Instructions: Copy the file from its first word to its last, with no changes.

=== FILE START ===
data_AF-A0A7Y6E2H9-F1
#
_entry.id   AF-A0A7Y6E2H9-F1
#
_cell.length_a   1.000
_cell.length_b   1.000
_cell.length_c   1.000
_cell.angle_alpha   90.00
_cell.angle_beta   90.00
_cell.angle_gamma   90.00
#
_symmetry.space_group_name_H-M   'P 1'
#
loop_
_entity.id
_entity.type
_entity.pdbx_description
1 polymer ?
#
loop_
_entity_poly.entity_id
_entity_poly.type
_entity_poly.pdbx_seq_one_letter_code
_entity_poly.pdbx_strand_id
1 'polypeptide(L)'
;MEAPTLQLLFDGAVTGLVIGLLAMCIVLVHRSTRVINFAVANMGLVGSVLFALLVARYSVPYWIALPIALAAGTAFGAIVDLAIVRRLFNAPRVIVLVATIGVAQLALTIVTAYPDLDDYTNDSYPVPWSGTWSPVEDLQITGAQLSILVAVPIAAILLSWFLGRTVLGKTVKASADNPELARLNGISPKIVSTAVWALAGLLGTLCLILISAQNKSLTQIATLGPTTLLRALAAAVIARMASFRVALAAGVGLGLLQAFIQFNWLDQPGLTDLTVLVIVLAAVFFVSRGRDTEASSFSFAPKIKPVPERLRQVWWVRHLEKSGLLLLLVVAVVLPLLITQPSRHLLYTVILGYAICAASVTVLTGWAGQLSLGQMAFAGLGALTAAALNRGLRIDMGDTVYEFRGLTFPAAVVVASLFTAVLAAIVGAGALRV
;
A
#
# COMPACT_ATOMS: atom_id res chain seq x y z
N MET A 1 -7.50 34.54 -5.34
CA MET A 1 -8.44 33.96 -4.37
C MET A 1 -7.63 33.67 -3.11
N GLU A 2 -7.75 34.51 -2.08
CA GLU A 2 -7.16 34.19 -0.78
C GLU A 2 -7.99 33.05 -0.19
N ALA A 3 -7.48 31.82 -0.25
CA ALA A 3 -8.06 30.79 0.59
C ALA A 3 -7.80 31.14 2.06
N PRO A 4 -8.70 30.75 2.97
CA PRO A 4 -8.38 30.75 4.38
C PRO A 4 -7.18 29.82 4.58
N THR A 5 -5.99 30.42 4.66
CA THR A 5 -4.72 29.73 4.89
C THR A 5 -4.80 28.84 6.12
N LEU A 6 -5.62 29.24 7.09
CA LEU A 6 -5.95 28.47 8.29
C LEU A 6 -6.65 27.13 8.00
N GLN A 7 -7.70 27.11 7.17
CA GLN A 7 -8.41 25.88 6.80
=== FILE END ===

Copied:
data_AF-A0A7Y6E2H9-F1
#
_entry.id   AF-A0A7Y6E2H9-F1
#
_cell.length_a   1.000
_cell.length_b   1.000
_cell.length_c   1.000
_cell.angle_alpha   90.00
_cell.angle_beta   90.00
_cell.angle_gamma   90.00
#
_symmetry.space_group_name_H-M   'P 1'
#
loop_
_entity.id
_entity.type
_entity.pdbx_description
1 polymer ?
#
loop_
_entity_poly.entity_id
_entity_poly.type
_entity_poly.pdbx_seq_one_letter_code
_entity_poly.pdbx_strand_id
1 'polypeptide(L)'
;MEAPTLQLLFDGAVTGLVIGLLAMCIVLVHRSTRVINFAVANMGLVGSVLFALLVARYSVPYWIALPIALAAGTAFGAIVDLAIVRRLFNAPRVIVLVATIGVAQLALTIVTAYPDLDDYTNDSYPVPWSGTWSPVEDLQITGAQLSILVAVPIAAILLSWFLGRTVLGKTVKASADNPELARLNGISPKIVSTAVWALAGLLGTLCLILISAQNKSLTQIATLGPTTLLRALAAAVIARMASFRVALAAGVGLGLLQAFIQFNWLDQPGLTDLTVLVIVLAAVFFVSRGRDTEASSFSFAPKIKPVPERLRQVWWVRHLEKSGLLLLLVVAVVLPLLITQPSRHLLYTVILGYAICAASVTVLTGWAGQLSLGQMAFAGLGALTAAALNRGLRIDMGDTVYEFRGLTFPAAVVVASLFTAVLAAIVGAGALRV
;
A
#
# COMPACT_ATOMS: atom_id res chain seq x y z
N MET A 1 -7.50 34.54 -5.34
CA MET A 1 -8.44 33.96 -4.37
C MET A 1 -7.63 33.67 -3.11
N GLU A 2 -7.75 34.51 -2.08
CA GLU A 2 -7.16 34.19 -0.78
C GLU A 2 -7.99 33.05 -0.19
N ALA A 3 -7.48 31.82 -0.25
CA ALA A 3 -8.06 30.79 0.59
C ALA A 3 -7.80 31.14 2.06
N PRO A 4 -8.70 30.75 2.97
CA PRO A 4 -8.38 30.75 4.38
C PRO A 4 -7.18 29.82 4.58
N THR A 5 -5.99 30.42 4.66
CA THR A 5 -4.72 29.73 4.89
C THR A 5 -4.80 28.84 6.12
N LEU A 6 -5.62 29.24 7.09
CA LEU A 6 -5.95 28.47 8.29
C LEU A 6 -6.65 27.13 8.00
N GLN A 7 -7.70 27.11 7.17
CA GLN A 7 -8.41 25.88 6.80